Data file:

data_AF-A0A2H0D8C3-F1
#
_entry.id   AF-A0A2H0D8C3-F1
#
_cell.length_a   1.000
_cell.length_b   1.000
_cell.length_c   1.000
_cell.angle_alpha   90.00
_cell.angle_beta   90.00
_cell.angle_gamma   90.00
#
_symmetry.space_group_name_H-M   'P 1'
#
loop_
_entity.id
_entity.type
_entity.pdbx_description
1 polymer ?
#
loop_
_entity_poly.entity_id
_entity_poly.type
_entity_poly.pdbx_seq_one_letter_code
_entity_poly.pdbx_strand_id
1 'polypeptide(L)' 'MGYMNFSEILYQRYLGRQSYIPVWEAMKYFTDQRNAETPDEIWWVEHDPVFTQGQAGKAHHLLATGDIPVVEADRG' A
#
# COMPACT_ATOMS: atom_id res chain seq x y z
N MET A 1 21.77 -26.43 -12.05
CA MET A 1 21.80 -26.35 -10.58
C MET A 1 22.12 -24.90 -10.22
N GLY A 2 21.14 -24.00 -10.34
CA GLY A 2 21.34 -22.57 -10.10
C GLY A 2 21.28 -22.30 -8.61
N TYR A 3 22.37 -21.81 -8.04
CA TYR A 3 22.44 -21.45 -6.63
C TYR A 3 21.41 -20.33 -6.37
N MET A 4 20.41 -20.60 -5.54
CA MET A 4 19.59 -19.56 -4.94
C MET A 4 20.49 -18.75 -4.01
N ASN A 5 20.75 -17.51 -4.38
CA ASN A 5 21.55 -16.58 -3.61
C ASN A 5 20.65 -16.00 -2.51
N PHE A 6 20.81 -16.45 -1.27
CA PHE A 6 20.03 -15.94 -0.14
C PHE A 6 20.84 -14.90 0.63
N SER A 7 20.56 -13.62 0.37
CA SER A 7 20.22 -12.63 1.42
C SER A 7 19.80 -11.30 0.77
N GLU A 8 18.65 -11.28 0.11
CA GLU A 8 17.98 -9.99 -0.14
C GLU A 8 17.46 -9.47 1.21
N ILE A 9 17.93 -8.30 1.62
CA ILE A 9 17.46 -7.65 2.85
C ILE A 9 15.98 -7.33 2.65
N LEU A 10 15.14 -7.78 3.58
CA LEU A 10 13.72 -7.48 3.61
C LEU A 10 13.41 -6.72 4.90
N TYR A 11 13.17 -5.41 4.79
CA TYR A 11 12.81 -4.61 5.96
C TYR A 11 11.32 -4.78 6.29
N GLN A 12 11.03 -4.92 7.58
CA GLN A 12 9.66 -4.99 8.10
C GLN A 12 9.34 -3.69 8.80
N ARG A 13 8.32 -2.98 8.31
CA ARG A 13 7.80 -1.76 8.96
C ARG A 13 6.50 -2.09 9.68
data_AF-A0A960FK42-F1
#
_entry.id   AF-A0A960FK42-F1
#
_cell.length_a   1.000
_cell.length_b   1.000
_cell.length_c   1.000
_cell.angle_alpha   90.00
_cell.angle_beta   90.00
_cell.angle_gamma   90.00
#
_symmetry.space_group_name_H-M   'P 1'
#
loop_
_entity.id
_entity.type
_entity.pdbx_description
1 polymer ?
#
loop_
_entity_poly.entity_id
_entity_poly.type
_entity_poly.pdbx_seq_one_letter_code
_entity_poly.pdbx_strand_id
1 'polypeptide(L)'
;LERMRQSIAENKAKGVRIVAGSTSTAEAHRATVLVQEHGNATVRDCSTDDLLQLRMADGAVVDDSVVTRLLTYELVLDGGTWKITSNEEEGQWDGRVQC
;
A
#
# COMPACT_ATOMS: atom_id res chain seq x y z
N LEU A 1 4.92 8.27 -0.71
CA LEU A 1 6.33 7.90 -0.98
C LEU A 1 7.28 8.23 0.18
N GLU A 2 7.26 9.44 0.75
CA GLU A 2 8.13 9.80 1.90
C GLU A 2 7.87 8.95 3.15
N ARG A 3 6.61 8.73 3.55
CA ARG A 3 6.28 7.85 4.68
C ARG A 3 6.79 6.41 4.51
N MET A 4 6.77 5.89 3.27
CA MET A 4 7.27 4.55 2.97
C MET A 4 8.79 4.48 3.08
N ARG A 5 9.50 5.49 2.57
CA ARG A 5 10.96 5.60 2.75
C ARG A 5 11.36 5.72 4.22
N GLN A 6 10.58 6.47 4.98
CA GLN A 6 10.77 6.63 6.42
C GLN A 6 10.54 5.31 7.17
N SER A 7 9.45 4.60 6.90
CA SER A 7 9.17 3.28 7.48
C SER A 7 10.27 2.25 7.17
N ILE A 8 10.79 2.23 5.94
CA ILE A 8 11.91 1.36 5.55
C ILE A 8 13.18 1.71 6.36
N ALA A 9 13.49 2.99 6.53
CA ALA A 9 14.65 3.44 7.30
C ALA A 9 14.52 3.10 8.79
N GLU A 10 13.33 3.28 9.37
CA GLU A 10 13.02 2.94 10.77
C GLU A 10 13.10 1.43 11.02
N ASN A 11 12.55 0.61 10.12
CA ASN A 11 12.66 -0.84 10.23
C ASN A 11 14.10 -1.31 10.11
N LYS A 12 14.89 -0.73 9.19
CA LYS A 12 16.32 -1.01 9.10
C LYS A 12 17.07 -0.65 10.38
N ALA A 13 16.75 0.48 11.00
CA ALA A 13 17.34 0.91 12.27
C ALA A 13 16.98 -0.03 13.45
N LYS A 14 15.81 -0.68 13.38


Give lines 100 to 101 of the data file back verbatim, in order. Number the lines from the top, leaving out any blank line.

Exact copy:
N GLU A 2 7.26 9.44 0.75
CA GLU A 2 8.13 9.80 1.90